What is cryosurgery?
Cryosurgery is the use of extremely cold temperatures to freeze and destroy abnormal tissues. This procedure is used to treat pre-cancerous tumors, and to control bleeding. It often is used to remove abnormal tissue of the cervix, the lower part of the uterus (womb) that opens into the vagina (birth canal).
How is cryosurgery done?
The cold is introduced through a probe, which has liquid nitrogen circulating through it. To destroy diseased tissue, the tissue is cooled to below -20 degrees Celsius. Other procedures that control pain or bleeding are cooled to a lesser degree to prevent tissue damage.
What happens during cryosurgery?
Cryosurgery is an office procedure done while the patient is awake. During the procedure, the vaginal canal is held open with a speculum so that the cervix can be seen. The cryo probe is inserted into the vagina and placed firmly on the surface of the cervix, covering the abnormal tissue. Compressed gaseous nitrogen (temperature approximately -50 degrees Celsius) flows through the instrument, making the metal cold enough to freeze and destroy the tissue.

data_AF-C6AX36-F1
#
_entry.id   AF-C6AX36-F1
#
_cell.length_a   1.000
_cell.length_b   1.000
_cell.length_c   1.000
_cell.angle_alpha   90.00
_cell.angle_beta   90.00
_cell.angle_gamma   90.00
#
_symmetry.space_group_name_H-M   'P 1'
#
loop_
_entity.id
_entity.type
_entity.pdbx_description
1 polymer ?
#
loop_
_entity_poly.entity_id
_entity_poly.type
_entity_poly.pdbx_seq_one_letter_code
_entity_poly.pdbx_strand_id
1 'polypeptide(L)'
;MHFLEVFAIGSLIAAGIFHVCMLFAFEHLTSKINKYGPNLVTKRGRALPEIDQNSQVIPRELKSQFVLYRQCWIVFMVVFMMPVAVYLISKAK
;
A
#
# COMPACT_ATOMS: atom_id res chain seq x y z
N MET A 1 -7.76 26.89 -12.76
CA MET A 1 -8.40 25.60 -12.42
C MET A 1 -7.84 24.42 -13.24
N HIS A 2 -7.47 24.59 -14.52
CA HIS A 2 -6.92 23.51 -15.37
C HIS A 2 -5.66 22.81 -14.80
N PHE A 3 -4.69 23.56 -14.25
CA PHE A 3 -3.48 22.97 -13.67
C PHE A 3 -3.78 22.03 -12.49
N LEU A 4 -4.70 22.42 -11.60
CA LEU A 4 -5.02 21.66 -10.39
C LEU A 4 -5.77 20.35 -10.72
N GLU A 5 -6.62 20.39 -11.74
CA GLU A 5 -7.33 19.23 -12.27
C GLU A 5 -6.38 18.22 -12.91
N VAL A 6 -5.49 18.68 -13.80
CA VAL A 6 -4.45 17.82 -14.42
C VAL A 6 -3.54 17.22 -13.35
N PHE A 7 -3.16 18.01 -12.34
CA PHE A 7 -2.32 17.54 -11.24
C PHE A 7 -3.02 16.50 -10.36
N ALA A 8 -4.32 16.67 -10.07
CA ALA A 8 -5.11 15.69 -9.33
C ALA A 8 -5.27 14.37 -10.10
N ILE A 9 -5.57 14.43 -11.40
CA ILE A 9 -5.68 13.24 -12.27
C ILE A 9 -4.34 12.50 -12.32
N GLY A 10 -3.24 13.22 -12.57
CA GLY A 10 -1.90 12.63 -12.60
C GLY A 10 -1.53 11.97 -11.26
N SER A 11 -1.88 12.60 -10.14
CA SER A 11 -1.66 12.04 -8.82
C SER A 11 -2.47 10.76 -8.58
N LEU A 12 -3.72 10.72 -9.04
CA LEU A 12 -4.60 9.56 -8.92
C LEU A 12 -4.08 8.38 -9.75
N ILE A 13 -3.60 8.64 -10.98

Although some slight cramping may occur, cryosurgery is relatively painless and produces very little scarring. An "ice ball" forms on the cervix, killing the superficial abnormal cells. For optimal treatment, the freezing is done for three minutes. The cervix is allowed to thaw, and then the freezing is repeated for an additional three minutes.
What happens after cryosurgery?
Almost all normal activities can be resumed immediately after surgery. Avoidance of sexual intercourse, as well as douching, may be recommended for several weeks. For two or three weeks after the surgery, there will be some watery discharge caused by the shedding of the dead cervical tissue. Sometimes a woman will feel light-headed immediately following the procedure and may faint. If this happens, lying down flat on the examination table will prevent fainting, and this sensation will go away within a few minutes.
What are the risks of cryosurgery?
Risks of surgery are rare, but can include:
- Cervical stenosis (with less than 1% risk), which may make it more difficult to get pregnant, or cause increased cramping with menstrual periods
© Copyright 1995-2016 The Cleveland Clinic Foundation. All rights reserved.
This information is provided by the Cleveland Clinic and is not intended to replace the medical advice of your doctor or health care provider. Please consult your health care provider for advice about a specific medical condition. This document was last reviewed on: 7/18/2014...#9120